The situation is evolving as we move towards 2022, with an expanding market, shifting legislation, and the ongoing Covid-19 pandemic — so what’s next for landlords in 2022? To stay ahead of the competition, landlords must keep up with all of the current advancements in the rental industry.

In addition, in today’s ever-changing property market, having a property valuation to determine the value of your home in the neighbourhood is critical.

New Anti-Covid rules

The government has issued new recommendations to help prevent Covid-19 from spreading in rental homes. If you, your leasing agent, or contractors need to visit a tenant’s home, make sure it’s adequately ventilated. During visits, the renter should leave windows or doors on opposing sides of a room open, according to the guidelines.

Check that little vents or grilles at the top of windows are open and unlocked as well. If someone in the household exhibits Covid-19 symptoms, you won’t be able to access the property for repairs or safety checks. The sole exception is if the repairs are necessary to address a direct safety concern for the inhabitants or the general public.

Six-month eviction notice rule extended in Wales

During the epidemic, landlords were instructed to give tenants six months’ notice before evicting them. In Wales, those rules have now been expanded. The rule went into effect in July 2020 and was set to end on December 31, 2021.

However, the Welsh government has decided to extend it until March 24, 2022. All sorts of evictions are covered by this provision. Only cases involving domestic violence or anti-social behaviour are accepted.

Get ready for new energy efficiency regulations.

New energy efficiency regulations for rental homes in England and Wales are anticipated to be implemented by the government. According to the new regulations, all rental units must have an energy efficiency grade of C or higher. Your properties must have at least an E rating under current guidelines.

The government is anticipated to allow landlords until 2026 to comply with the new rental agreement regulations. Any existing tenancy agreements will have to be met until 2028.

The price ceiling on how much you must spend to make each property energy efficient has also been raised from £3,500 to £10,000. Landlords are expected to spend an average of £4,700 per home, according to the government.

New regulations make it more difficult to ban pets

New regulations have been enacted to make it more difficult for landlords to impose a blanket ban on dogs on their premises. The government has changed its sample tenancy agreement to indicate that you can only refuse well-behaved pets if you have a good reason, such as a shortage of room.

While the government encourages landlords to utilise the standard tenancy agreement, it is not mandatory. As a result, your tenants will still require your written consent to keep a pet.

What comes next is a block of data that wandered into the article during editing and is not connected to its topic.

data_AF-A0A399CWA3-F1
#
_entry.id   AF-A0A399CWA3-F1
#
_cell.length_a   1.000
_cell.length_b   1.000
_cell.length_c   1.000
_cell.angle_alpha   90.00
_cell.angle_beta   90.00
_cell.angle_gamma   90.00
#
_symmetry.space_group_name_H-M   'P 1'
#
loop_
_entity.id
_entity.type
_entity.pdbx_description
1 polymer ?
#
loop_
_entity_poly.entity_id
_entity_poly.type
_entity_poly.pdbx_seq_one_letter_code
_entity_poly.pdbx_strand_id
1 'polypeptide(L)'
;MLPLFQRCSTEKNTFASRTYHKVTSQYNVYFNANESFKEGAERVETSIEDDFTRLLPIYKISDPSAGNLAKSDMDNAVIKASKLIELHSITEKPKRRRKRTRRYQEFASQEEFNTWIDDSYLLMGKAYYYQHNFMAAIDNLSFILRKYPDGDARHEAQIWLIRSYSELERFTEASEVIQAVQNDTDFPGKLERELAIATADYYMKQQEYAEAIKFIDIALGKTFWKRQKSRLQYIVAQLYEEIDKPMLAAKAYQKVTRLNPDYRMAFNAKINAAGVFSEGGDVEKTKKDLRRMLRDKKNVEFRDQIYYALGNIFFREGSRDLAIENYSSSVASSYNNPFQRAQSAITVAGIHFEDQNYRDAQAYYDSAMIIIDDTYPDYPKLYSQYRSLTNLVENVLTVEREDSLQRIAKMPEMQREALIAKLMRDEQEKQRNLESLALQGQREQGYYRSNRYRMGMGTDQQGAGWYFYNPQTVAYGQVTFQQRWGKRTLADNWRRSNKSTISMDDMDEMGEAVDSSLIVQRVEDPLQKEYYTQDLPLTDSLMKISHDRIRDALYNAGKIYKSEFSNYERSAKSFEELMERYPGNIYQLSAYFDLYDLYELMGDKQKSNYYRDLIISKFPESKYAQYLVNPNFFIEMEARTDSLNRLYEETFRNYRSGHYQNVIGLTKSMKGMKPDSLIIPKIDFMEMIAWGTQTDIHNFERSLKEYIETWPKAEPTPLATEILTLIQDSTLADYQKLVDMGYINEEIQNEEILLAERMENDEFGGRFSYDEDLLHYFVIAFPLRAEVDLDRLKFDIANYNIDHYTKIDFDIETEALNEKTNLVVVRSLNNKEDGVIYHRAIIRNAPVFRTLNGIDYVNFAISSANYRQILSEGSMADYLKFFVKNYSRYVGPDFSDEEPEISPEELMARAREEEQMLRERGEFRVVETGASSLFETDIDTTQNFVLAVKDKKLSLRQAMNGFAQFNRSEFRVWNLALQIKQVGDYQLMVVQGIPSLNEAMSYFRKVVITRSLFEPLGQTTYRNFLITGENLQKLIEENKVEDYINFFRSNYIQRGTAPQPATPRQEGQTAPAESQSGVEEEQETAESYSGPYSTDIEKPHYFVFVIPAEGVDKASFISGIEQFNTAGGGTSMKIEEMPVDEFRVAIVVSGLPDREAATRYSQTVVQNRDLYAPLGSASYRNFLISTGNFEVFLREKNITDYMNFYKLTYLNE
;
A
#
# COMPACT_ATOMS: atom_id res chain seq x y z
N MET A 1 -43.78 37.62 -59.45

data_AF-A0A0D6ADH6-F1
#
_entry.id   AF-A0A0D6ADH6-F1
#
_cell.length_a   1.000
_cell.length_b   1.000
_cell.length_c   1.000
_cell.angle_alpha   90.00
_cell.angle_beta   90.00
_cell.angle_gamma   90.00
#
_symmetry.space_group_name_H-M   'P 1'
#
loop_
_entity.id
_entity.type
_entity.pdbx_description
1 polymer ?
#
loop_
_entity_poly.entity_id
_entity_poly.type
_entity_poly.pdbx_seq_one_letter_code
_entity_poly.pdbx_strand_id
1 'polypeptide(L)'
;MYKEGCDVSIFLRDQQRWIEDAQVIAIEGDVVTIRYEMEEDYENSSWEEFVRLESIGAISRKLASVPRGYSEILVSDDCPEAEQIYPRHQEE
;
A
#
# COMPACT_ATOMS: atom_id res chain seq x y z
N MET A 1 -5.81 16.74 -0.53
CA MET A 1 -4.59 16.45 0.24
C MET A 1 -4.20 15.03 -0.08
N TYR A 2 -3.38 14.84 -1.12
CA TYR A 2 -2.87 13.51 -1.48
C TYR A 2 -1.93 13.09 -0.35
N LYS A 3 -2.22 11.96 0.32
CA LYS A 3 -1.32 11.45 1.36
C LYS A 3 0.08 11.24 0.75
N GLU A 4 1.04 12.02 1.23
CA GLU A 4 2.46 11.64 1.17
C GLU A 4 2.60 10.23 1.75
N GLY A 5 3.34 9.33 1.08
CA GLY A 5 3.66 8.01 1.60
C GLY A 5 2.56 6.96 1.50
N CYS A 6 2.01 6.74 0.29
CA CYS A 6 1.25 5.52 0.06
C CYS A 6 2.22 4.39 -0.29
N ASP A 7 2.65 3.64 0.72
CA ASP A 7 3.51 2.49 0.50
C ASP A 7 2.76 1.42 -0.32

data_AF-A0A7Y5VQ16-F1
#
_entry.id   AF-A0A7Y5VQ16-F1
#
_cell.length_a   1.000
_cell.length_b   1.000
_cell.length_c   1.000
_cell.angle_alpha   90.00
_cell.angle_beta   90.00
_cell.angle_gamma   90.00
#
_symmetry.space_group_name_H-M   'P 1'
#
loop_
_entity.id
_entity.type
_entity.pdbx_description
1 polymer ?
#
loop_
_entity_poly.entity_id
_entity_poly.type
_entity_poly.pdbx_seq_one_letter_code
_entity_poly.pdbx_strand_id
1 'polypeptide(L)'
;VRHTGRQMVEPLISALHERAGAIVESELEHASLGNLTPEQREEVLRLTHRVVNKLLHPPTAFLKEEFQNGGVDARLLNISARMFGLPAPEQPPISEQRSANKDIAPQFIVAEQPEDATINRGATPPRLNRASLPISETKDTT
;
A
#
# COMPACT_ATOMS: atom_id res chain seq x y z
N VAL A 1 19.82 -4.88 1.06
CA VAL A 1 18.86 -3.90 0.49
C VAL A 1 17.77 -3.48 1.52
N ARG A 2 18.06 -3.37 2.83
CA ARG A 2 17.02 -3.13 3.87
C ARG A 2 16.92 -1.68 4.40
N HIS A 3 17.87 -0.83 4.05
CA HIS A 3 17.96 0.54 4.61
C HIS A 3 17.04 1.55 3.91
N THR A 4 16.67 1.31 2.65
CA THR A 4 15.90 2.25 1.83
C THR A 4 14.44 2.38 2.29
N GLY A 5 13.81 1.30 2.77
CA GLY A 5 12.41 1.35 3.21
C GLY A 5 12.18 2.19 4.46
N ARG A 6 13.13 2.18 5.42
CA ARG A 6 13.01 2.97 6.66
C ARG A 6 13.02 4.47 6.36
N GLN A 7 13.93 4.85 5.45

Carbon monoxide safety regulations have been strengthened

Landlords are required to install carbon monoxide monitors under new legislation that went into effect last year. Where new or existing appliances, such as gas boilers or gas fireplaces, are installed, the detectors must be installed.

Carbon monoxide detectors must also be repaired or replaced if they are defective. The goal is to better protect renters against carbon monoxide poisoning by accident.

Mortgage interest tax relief

From April 6, 2020, mortgage interest tax assistance will be phased down. It was replaced with a 20 percent mortgage interest tax credit. However, you won’t see the change until you file your 2020/2021 tax return.

Self-assessment returns for 2020/2021 are due on January 31. So, if you haven’t filed your tax return yet, you have until then to figure out what the changes mean for you.

Extra time for capital gains tax filing

On the tax front, there is some good news. When you sell a rental property, you will have extra time to pay capital gains tax. When selling a buy-to-let property, landlords now have 60 days to notify and pay capital gains tax.

The time is double what they had to accomplish it in previously, which was 30 days. In October of last year, the Chancellor announced the modification in the Budget.

Increasing the number of local licencing programmes

In 2022, landlords may be required to comply with new local licensing schemes. If you rent out Houses in Multiple Occupation, you already require a licence (HMO). In some places, some municipalities may require landlords with other types of property to obtain a licence.

Despite the fact that a government evaluation of selective licensing discovered several flaws in the system, it recommended that it be used. Since the study, many local governments have implemented new licensing schemes. In 2022, this tendency is projected to continue.

What’s going on in the rental market these days?

The rental market had a strong year in 2021. Rent hikes were at a 13-year high, according to our most recent Rental Market Report. The increase was fueled by a surge in renter demand as residents returned to major cities’ central districts.

In addition, there were insufficient properties to match the increased demand. This upward trend is likely to continue in 2022, with significant demand expected. In 2022, rents in the United Kingdom, excluding London, are expected to climb by 4.5 percent. Rents in London are expected to increase by 3.5 percent, surpassing pre-pandemic levels.

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